The Charlotte Hornets have the worst interior defense in the league, allowing 52.8 points in the paint so far this season. They also have rebounding problems as they’ve grabbed 40.9 boards per-game, a mark that is also the worst in the league.

One would think that a big, strong, physical center could help with those issues. Someone who is imposing in the paint and can protect the rim, and someone who is tenacious in their pursuit of rebounds.

That someone sounds a lot like Andre Drummond.

According to a report from – which cites unnamed “league sources” – the Hornets have locked on to Drummond as a potential trade target and have had interest in him for “at least a year.”

Drummond, 26, is a two-time All-Star and has led the league in rebounding three times, including in each of the past two seasons. So far this season, through 18 games, he’s averaging 17.8 points, 16.8 rebounds and 1.8 blocks per-game.

On a quick glance, Drummond looks like he’d be the perfect fit for the Hornets and an answer to many of their problems. But on a closer look, the idea of the Hornets acquiring Drummond doesn’t make much sense at all.

For starters, Drummond’s playing style doesn’t really mesh with what Hornets' head coach James Borrego wants to do. Drummond isn’t a three-point shooter, as he’s made just 10-of-78 shots from behind the arc over his eight-year career. He’s zero-from-10 from there this year. Borrego has asked his big men to expand their games, not minimize it. Cody Zeller is shooting more three's -- and making more of them -- this season than he ever has before.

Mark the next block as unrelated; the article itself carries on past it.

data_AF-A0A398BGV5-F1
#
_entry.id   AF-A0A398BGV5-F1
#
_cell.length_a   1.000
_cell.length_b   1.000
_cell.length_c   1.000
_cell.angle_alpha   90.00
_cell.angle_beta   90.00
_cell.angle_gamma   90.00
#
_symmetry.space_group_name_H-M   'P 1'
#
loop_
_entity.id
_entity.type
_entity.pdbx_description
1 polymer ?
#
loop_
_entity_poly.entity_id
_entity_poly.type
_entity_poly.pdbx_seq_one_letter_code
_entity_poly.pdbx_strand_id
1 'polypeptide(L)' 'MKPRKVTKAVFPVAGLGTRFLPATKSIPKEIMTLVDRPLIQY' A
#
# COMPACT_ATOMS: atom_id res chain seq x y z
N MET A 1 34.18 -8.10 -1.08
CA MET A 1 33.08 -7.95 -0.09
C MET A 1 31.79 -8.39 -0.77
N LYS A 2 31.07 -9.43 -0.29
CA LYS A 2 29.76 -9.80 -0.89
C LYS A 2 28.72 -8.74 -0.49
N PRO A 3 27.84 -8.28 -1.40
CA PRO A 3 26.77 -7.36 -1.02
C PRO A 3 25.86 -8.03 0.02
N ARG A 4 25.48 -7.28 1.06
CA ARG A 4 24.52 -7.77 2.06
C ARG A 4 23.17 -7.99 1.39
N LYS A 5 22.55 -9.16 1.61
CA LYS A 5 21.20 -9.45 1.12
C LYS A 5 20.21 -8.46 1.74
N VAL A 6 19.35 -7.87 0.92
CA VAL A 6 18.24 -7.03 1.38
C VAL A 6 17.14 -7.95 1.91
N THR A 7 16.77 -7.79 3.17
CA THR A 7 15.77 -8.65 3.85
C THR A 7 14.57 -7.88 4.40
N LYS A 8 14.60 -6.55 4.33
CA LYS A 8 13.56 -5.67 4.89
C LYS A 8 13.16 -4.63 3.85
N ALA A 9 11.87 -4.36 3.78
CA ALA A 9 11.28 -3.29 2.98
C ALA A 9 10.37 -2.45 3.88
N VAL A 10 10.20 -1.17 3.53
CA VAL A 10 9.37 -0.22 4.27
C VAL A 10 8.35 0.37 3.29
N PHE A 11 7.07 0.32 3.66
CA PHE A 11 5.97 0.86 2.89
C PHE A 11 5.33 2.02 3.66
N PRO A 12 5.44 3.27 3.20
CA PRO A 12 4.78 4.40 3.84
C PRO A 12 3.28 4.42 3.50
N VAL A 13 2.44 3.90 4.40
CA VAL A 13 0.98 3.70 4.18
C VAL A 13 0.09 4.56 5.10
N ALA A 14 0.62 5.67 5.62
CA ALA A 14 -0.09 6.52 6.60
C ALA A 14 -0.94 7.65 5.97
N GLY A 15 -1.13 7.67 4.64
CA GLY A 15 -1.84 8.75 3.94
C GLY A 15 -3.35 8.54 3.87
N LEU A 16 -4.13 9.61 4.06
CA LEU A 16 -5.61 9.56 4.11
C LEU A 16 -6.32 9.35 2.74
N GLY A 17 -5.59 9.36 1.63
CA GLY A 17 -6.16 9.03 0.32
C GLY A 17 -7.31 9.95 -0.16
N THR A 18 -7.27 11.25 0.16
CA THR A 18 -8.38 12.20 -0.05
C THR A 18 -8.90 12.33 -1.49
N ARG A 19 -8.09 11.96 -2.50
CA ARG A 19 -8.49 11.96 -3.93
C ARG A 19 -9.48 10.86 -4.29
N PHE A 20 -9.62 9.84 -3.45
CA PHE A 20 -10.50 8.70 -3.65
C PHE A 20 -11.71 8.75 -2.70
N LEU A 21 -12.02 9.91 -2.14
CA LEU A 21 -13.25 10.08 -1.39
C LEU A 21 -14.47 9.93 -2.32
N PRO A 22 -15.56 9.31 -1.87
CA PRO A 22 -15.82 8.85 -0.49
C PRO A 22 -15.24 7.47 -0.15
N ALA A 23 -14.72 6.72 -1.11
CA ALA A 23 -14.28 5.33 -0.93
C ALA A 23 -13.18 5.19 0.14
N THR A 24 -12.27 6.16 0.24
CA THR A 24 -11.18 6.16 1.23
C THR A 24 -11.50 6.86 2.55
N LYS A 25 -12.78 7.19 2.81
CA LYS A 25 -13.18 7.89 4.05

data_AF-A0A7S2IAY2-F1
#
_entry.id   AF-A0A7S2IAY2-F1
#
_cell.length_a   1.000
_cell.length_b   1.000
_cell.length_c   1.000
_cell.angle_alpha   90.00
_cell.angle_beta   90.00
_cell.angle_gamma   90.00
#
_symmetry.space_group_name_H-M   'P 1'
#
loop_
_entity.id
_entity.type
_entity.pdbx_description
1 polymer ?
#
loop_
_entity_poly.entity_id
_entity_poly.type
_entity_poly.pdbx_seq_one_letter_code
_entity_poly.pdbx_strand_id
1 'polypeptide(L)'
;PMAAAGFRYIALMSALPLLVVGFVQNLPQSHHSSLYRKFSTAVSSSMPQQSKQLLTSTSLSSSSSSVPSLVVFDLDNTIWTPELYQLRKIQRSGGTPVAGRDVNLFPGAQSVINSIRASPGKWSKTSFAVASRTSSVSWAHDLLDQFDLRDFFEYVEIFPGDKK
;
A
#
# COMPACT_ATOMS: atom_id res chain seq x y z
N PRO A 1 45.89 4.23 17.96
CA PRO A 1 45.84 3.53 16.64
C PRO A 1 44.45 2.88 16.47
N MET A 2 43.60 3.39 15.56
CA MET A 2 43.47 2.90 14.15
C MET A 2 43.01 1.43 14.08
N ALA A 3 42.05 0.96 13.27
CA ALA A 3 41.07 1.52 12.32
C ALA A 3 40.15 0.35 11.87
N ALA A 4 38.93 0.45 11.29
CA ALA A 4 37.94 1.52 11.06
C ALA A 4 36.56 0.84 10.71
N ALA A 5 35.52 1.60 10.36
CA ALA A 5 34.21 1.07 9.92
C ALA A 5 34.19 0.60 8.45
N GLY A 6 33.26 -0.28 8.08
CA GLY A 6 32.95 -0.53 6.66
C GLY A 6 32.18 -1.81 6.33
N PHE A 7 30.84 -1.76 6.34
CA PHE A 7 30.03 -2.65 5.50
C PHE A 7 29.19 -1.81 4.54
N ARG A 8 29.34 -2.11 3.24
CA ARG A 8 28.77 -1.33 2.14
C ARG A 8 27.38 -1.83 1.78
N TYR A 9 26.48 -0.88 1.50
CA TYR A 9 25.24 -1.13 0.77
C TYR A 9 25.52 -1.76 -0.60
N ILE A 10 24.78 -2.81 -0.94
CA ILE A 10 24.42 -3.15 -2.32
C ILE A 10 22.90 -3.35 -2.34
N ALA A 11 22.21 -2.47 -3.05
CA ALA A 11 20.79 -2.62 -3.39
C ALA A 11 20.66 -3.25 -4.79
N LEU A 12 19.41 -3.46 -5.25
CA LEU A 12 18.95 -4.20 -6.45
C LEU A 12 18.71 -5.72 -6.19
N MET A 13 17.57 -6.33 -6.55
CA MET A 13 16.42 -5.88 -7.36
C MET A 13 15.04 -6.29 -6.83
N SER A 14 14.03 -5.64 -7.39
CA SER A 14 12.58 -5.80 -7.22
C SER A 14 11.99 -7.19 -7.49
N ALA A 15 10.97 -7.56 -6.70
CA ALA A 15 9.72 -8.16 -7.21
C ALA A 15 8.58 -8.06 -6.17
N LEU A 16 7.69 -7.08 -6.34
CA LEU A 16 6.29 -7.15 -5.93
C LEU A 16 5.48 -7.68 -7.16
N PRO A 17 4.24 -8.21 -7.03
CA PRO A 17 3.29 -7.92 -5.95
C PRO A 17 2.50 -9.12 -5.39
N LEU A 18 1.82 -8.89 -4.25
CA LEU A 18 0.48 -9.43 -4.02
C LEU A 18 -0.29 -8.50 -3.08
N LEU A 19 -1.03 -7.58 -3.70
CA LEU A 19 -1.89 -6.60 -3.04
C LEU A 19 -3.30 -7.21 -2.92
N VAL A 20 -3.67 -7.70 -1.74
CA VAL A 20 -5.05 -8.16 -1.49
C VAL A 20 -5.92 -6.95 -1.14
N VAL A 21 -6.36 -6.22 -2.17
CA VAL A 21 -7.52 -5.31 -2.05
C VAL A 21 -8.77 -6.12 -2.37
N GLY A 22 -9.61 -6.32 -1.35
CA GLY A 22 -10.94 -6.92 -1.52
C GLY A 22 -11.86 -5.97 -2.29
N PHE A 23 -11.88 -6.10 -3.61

Drummond also doesn’t play fast. The Pistons are the sixth worst team in pace rankings this season and 66.7 percent of all of Drummond's shots come with less than 15 seconds remaining on the shot clock.

Secondly, the Hornets are in a rebuilding mode, and while Drummond is just 26, he’s been in the league since he was 19. There’s a lot of miles on him – more than 17,200 minutes – and centers like him typically don’t age well. The core of the Hornets’ rebuild is much younger than that. When players like P.J. Washington, Miles Bridges, Malik Monk and Devonte’ Graham begin to hit their primes, Drummond would likely be past his.

There’s also the money hurdle. Drummond makes about $27.1 million this season and has a player-option to make $28.75 million next season. If the Hornets were going to dole out that type of cash, wouldn’t they have been better off just paying fan-favorite Kemba Walker what he deserved instead of letting him bolt for Boston?

A trade for Drummond would also be difficult to pull off because of his salary figure. The only Hornets’ player who matches up with him salary-for-salary in a trade would be Nic Batum, and the Pistons would likely want much more – like a young player or two, or a draft pick – in exchange for a player who’s been a franchise centerpiece for them. Giving up prospects or future draft selections for a veteran like Drummond is risky, to say the least, and wouldn't really jive with what we've seen general manager Mitch Kupchak do so far during this transition phase that the Hornets are in.

Drummond is an exceptional center and his skills could help a lot of teams, but he and the Hornets simply don’t make sense for each other.